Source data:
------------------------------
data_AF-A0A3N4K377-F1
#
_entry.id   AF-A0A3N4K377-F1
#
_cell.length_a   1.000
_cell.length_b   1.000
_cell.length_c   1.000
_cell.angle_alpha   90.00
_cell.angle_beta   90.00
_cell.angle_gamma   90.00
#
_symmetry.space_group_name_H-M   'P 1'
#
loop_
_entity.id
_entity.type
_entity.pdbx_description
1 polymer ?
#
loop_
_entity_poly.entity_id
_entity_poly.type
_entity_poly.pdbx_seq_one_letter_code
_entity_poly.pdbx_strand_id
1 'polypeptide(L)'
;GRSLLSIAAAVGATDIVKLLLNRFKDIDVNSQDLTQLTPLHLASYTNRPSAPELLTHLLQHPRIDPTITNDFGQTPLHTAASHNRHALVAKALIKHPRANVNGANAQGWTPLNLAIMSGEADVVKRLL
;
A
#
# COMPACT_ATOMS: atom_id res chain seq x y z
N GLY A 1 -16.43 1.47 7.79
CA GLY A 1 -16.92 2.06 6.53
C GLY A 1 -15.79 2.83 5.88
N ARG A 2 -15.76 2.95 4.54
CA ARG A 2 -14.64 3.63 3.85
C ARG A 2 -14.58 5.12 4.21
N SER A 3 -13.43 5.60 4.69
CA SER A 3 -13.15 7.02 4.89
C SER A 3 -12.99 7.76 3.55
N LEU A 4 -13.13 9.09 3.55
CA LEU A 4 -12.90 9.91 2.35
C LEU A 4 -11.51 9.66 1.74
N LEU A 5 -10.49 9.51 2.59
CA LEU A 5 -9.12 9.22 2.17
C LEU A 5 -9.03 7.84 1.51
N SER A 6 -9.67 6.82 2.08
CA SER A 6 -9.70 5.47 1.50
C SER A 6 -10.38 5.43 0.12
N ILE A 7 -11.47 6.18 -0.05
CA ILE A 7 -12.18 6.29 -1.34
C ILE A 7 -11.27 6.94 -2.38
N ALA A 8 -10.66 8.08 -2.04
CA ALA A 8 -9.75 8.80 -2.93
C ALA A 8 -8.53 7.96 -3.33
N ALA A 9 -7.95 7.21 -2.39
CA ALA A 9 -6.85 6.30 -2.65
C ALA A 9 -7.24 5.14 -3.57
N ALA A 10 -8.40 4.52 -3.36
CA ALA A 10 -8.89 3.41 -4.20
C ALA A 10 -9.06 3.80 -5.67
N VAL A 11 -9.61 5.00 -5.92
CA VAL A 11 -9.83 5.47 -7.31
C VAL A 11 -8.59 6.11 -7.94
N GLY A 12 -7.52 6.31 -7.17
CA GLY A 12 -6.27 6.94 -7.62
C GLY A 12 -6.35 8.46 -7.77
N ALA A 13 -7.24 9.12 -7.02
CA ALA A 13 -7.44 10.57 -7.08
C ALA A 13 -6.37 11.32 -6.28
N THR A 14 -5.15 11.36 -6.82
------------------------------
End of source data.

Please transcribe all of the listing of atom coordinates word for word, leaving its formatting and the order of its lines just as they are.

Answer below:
data_AF-A0A3N4K377-F1
#
_entry.id   AF-A0A3N4K377-F1
#
_cell.length_a   1.000
_cell.length_b   1.000
_cell.length_c   1.000
_cell.angle_alpha   90.00
_cell.angle_beta   90.00
_cell.angle_gamma   90.00
#
_symmetry.space_group_name_H-M   'P 1'
#
loop_
_entity.id
_entity.type
_entity.pdbx_description
1 polymer ?
#
loop_
_entity_poly.entity_id
_entity_poly.type
_entity_poly.pdbx_seq_one_letter_code
_entity_poly.pdbx_strand_id
1 'polypeptide(L)'
;GRSLLSIAAAVGATDIVKLLLNRFKDIDVNSQDLTQLTPLHLASYTNRPSAPELLTHLLQHPRIDPTITNDFGQTPLHTAASHNRHALVAKALIKHPRANVNGANAQGWTPLNLAIMSGEADVVKRLL
;
A
#
# COMPACT_ATOMS: atom_id res chain seq x y z
N GLY A 1 -16.43 1.47 7.79
CA GLY A 1 -16.92 2.06 6.53
C GLY A 1 -15.79 2.83 5.88
N ARG A 2 -15.76 2.95 4.54
CA ARG A 2 -14.64 3.63 3.85
C ARG A 2 -14.58 5.12 4.21
N SER A 3 -13.43 5.60 4.69
CA SER A 3 -13.15 7.02 4.89
C SER A 3 -12.99 7.76 3.55
N LEU A 4 -13.13 9.09 3.55
CA LEU A 4 -12.90 9.91 2.35
C LEU A 4 -11.51 9.66 1.74
N LEU A 5 -10.49 9.51 2.59
CA LEU A 5 -9.12 9.22 2.17
C LEU A 5 -9.03 7.84 1.51
N SER A 6 -9.67 6.82 2.08
CA SER A 6 -9.70 5.47 1.50
C SER A 6 -10.38 5.43 0.12
N ILE A 7 -11.47 6.18 -0.05
CA ILE A 7 -12.18 6.29 -1.34
C ILE A 7 -11.27 6.94 -2.38
N ALA A 8 -10.66 8.08 -2.04
CA ALA A 8 -9.75 8.80 -2.93
C ALA A 8 -8.53 7.96 -3.33
N ALA A 9 -7.95 7.21 -2.39
CA ALA A 9 -6.85 6.30 -2.65
C ALA A 9 -7.24 5.14 -3.57
N ALA A 10 -8.40 4.52 -3.36
CA ALA A 10 -8.89 3.41 -4.20
C ALA A 10 -9.06 3.80 -5.67
N VAL A 11 -9.61 5.00 -5.92
CA VAL A 11 -9.83 5.47 -7.31
C VAL A 11 -8.59 6.11 -7.94
N GLY A 12 -7.52 6.31 -7.17
CA GLY A 12 -6.27 6.94 -7.62
C GLY A 12 -6.35 8.46 -7.77
N ALA A 13 -7.24 9.12 -7.02
CA ALA A 13 -7.44 10.57 -7.08
C ALA A 13 -6.37 11.32 -6.28
N THR A 14 -5.15 11.36 -6.82